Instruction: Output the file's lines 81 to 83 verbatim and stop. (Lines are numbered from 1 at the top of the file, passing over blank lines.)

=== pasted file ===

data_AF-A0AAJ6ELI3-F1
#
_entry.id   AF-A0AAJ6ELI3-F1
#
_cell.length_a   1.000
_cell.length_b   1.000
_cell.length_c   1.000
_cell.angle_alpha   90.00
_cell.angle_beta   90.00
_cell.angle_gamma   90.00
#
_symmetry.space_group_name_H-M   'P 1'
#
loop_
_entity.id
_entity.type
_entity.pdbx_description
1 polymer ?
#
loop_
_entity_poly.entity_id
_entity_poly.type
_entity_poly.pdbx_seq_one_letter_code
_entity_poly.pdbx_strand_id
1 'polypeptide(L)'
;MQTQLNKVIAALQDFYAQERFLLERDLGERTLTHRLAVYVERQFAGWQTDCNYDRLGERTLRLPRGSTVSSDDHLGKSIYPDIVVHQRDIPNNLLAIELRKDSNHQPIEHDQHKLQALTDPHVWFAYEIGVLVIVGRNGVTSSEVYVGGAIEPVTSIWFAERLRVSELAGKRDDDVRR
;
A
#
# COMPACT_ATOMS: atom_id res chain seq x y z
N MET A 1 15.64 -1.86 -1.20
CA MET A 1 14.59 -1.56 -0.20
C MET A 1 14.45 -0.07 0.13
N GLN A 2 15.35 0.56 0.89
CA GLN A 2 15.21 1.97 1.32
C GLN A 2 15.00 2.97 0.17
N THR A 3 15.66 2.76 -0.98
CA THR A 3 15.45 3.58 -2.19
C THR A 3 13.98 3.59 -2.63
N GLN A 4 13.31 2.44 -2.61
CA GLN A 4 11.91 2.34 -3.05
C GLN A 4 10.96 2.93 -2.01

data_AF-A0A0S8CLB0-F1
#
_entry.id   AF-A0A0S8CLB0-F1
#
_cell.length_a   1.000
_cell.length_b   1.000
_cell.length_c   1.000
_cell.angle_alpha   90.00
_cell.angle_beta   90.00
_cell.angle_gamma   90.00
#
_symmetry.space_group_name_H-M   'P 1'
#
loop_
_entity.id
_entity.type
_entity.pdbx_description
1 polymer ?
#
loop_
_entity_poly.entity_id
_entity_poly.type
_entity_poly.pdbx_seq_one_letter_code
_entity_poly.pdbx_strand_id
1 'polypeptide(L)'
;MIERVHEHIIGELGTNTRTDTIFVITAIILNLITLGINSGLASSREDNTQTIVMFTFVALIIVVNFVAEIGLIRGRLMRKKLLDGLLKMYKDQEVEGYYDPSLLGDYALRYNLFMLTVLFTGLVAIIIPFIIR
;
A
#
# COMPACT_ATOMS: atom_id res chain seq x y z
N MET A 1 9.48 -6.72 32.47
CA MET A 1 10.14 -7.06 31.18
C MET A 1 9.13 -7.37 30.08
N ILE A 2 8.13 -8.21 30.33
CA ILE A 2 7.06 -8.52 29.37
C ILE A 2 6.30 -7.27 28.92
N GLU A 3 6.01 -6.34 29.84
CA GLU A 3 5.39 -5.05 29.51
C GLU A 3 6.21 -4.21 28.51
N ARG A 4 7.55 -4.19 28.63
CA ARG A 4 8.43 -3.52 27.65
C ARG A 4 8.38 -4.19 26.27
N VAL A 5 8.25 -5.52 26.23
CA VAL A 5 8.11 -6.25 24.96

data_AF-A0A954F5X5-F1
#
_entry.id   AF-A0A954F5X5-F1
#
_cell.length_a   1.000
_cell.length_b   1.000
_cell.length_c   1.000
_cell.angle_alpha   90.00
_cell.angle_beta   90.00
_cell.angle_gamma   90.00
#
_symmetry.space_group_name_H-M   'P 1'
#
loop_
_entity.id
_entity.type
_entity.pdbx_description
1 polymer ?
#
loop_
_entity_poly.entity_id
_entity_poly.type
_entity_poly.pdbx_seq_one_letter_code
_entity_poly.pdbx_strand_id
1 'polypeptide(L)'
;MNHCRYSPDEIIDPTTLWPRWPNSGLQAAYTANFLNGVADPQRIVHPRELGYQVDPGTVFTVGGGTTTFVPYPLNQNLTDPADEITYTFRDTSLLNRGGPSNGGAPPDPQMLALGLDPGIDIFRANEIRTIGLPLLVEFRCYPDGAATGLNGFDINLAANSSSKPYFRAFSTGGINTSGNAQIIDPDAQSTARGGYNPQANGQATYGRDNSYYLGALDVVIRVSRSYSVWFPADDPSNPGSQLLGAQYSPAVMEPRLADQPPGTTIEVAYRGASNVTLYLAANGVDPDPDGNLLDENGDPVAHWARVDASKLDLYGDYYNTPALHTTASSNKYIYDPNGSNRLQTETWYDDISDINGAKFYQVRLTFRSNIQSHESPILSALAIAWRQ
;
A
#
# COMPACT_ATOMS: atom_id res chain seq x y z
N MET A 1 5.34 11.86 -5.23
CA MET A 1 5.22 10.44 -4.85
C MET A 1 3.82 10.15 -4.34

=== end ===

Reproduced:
C GLU A 3 6.21 -4.21 28.51
N ARG A 4 7.55 -4.19 28.63
CA ARG A 4 8.43 -3.52 27.65